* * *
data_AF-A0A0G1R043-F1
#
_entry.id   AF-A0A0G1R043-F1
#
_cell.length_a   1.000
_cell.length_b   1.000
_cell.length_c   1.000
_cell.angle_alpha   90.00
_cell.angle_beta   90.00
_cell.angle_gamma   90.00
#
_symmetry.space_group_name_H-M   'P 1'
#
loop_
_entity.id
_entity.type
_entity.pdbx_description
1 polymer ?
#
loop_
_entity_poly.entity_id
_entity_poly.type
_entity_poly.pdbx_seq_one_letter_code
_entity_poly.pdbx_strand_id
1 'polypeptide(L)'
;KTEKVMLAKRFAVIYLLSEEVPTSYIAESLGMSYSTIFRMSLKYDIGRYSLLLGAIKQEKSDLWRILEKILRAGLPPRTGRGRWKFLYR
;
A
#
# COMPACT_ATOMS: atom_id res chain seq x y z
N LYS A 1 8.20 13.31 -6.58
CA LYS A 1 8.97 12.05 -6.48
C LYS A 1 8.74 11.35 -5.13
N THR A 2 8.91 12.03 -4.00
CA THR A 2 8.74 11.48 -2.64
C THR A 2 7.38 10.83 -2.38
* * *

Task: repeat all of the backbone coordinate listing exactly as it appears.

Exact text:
data_AF-A0A0G1R043-F1
#
_entry.id   AF-A0A0G1R043-F1
#
_cell.length_a   1.000
_cell.length_b   1.000
_cell.length_c   1.000
_cell.angle_alpha   90.00
_cell.angle_beta   90.00
_cell.angle_gamma   90.00
#
_symmetry.space_group_name_H-M   'P 1'
#
loop_
_entity.id
_entity.type
_entity.pdbx_description
1 polymer ?
#
loop_
_entity_poly.entity_id
_entity_poly.type
_entity_poly.pdbx_seq_one_letter_code
_entity_poly.pdbx_strand_id
1 'polypeptide(L)'
;KTEKVMLAKRFAVIYLLSEEVPTSYIAESLGMSYSTIFRMSLKYDIGRYSLLLGAIKQEKSDLWRILEKILRAGLPPRTGRGRWKFLYR
;
A
#
# COMPACT_ATOMS: atom_id res chain seq x y z
N LYS A 1 8.20 13.31 -6.58
CA LYS A 1 8.97 12.05 -6.48
C LYS A 1 8.74 11.35 -5.13
N THR A 2 8.91 12.03 -4.00
CA THR A 2 8.74 11.48 -2.64
C THR A 2 7.38 10.83 -2.38